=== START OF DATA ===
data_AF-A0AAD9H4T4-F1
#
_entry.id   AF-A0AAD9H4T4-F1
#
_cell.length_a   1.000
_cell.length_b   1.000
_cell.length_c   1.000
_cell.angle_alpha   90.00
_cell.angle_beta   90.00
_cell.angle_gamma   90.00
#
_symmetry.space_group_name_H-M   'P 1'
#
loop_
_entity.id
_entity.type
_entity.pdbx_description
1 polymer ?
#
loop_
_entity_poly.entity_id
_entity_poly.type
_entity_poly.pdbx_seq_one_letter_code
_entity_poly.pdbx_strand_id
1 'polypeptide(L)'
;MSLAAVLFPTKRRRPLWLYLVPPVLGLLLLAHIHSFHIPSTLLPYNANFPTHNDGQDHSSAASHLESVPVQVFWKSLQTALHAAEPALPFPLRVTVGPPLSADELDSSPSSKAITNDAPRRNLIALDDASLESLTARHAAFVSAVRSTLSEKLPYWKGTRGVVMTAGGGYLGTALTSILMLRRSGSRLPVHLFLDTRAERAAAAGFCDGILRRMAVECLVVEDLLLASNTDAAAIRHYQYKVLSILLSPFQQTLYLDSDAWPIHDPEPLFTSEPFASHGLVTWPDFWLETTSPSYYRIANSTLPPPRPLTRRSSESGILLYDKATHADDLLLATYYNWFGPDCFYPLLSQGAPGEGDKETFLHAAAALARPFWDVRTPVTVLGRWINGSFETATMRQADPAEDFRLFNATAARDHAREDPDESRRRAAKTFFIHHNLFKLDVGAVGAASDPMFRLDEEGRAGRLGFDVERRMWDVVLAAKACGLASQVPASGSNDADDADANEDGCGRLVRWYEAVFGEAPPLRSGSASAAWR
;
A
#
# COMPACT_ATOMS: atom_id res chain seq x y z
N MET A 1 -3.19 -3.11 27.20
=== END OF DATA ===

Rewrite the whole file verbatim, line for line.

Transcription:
data_AF-A0AAD9H4T4-F1
#
_entry.id   AF-A0AAD9H4T4-F1
#
_cell.length_a   1.000
_cell.length_b   1.000
_cell.length_c   1.000
_cell.angle_alpha   90.00
_cell.angle_beta   90.00
_cell.angle_gamma   90.00
#
_symmetry.space_group_name_H-M   'P 1'
#
loop_
_entity.id
_entity.type
_entity.pdbx_description
1 polymer ?
#
loop_
_entity_poly.entity_id
_entity_poly.type
_entity_poly.pdbx_seq_one_letter_code
_entity_poly.pdbx_strand_id
1 'polypeptide(L)'
;MSLAAVLFPTKRRRPLWLYLVPPVLGLLLLAHIHSFHIPSTLLPYNANFPTHNDGQDHSSAASHLESVPVQVFWKSLQTALHAAEPALPFPLRVTVGPPLSADELDSSPSSKAITNDAPRRNLIALDDASLESLTARHAAFVSAVRSTLSEKLPYWKGTRGVVMTAGGGYLGTALTSILMLRRSGSRLPVHLFLDTRAERAAAAGFCDGILRRMAVECLVVEDLLLASNTDAAAIRHYQYKVLSILLSPFQQTLYLDSDAWPIHDPEPLFTSEPFASHGLVTWPDFWLETTSPSYYRIANSTLPPPRPLTRRSSESGILLYDKATHADDLLLATYYNWFGPDCFYPLLSQGAPGEGDKETFLHAAAALARPFWDVRTPVTVLGRWINGSFETATMRQADPAEDFRLFNATAARDHAREDPDESRRRAAKTFFIHHNLFKLDVGAVGAASDPMFRLDEEGRAGRLGFDVERRMWDVVLAAKACGLASQVPASGSNDADDADANEDGCGRLVRWYEAVFGEAPPLRSGSASAAWR
;
A
#
# COMPACT_ATOMS: atom_id res chain seq x y z
N MET A 1 -3.19 -3.11 27.20